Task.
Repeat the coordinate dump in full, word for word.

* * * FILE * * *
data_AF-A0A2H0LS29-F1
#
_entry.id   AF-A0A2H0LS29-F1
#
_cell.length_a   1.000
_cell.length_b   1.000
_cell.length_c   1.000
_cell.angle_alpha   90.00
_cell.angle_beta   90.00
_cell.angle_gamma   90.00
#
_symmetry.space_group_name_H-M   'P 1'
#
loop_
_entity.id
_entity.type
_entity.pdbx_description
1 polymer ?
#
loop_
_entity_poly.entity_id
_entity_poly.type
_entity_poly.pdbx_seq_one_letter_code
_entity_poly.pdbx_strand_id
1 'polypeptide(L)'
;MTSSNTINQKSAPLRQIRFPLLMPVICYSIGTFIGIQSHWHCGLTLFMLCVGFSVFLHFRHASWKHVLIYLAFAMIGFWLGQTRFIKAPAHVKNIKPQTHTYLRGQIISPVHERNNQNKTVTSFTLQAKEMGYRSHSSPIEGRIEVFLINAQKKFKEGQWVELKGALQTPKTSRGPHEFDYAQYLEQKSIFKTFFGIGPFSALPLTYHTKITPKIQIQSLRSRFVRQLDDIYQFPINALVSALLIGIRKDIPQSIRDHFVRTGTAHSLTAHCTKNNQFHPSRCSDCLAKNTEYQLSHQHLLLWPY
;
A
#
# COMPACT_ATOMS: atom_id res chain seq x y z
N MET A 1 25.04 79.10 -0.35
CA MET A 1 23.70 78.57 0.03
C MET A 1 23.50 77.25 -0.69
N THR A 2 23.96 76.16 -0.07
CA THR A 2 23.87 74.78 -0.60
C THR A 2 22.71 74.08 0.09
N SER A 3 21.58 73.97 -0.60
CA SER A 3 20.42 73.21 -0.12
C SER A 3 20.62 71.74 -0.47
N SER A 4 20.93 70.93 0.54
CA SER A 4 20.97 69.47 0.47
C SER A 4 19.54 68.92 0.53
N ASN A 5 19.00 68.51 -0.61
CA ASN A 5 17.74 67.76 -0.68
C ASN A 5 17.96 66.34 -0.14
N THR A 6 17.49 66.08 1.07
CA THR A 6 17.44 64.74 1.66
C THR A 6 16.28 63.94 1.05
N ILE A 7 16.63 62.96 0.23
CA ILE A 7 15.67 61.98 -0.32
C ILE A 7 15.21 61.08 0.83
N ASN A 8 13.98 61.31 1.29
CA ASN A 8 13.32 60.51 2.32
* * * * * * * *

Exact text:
data_AF-A0A2H0LS29-F1
#
_entry.id   AF-A0A2H0LS29-F1
#
_cell.length_a   1.000
_cell.length_b   1.000
_cell.length_c   1.000
_cell.angle_alpha   90.00
_cell.angle_beta   90.00
_cell.angle_gamma   90.00
#
_symmetry.space_group_name_H-M   'P 1'
#
loop_
_entity.id
_entity.type
_entity.pdbx_description
1 polymer ?
#
loop_
_entity_poly.entity_id
_entity_poly.type
_entity_poly.pdbx_seq_one_letter_code
_entity_poly.pdbx_strand_id
1 'polypeptide(L)'
;MTSSNTINQKSAPLRQIRFPLLMPVICYSIGTFIGIQSHWHCGLTLFMLCVGFSVFLHFRHASWKHVLIYLAFAMIGFWLGQTRFIKAPAHVKNIKPQTHTYLRGQIISPVHERNNQNKTVTSFTLQAKEMGYRSHSSPIEGRIEVFLINAQKKFKEGQWVELKGALQTPKTSRGPHEFDYAQYLEQKSIFKTFFGIGPFSALPLTYHTKITPKIQIQSLRSRFVRQLDDIYQFPINALVSALLIGIRKDIPQSIRDHFVRTGTAHSLTAHCTKNNQFHPSRCSDCLAKNTEYQLSHQHLLLWPY
;
A
#
# COMPACT_ATOMS: atom_id res chain seq x y z
N MET A 1 25.04 79.10 -0.35
CA MET A 1 23.70 78.57 0.03
C MET A 1 23.50 77.25 -0.69
N THR A 2 23.96 76.16 -0.07
CA THR A 2 23.87 74.78 -0.60
C THR A 2 22.71 74.08 0.09
N SER A 3 21.58 73.97 -0.60
CA SER A 3 20.42 73.21 -0.12
C SER A 3 20.62 71.74 -0.47
N SER A 4 20.93 70.93 0.54
CA SER A 4 20.97 69.47 0.47
C SER A 4 19.54 68.92 0.53
N ASN A 5 19.00 68.51 -0.61
CA ASN A 5 17.74 67.76 -0.68
C ASN A 5 17.96 66.34 -0.14
N THR A 6 17.49 66.08 1.07
CA THR A 6 17.44 64.74 1.66
C THR A 6 16.28 63.94 1.05
N ILE A 7 16.63 62.96 0.23
CA ILE A 7 15.67 61.98 -0.32
C ILE A 7 15.21 61.08 0.83
N ASN A 8 13.98 61.31 1.29
CA ASN A 8 13.32 60.51 2.32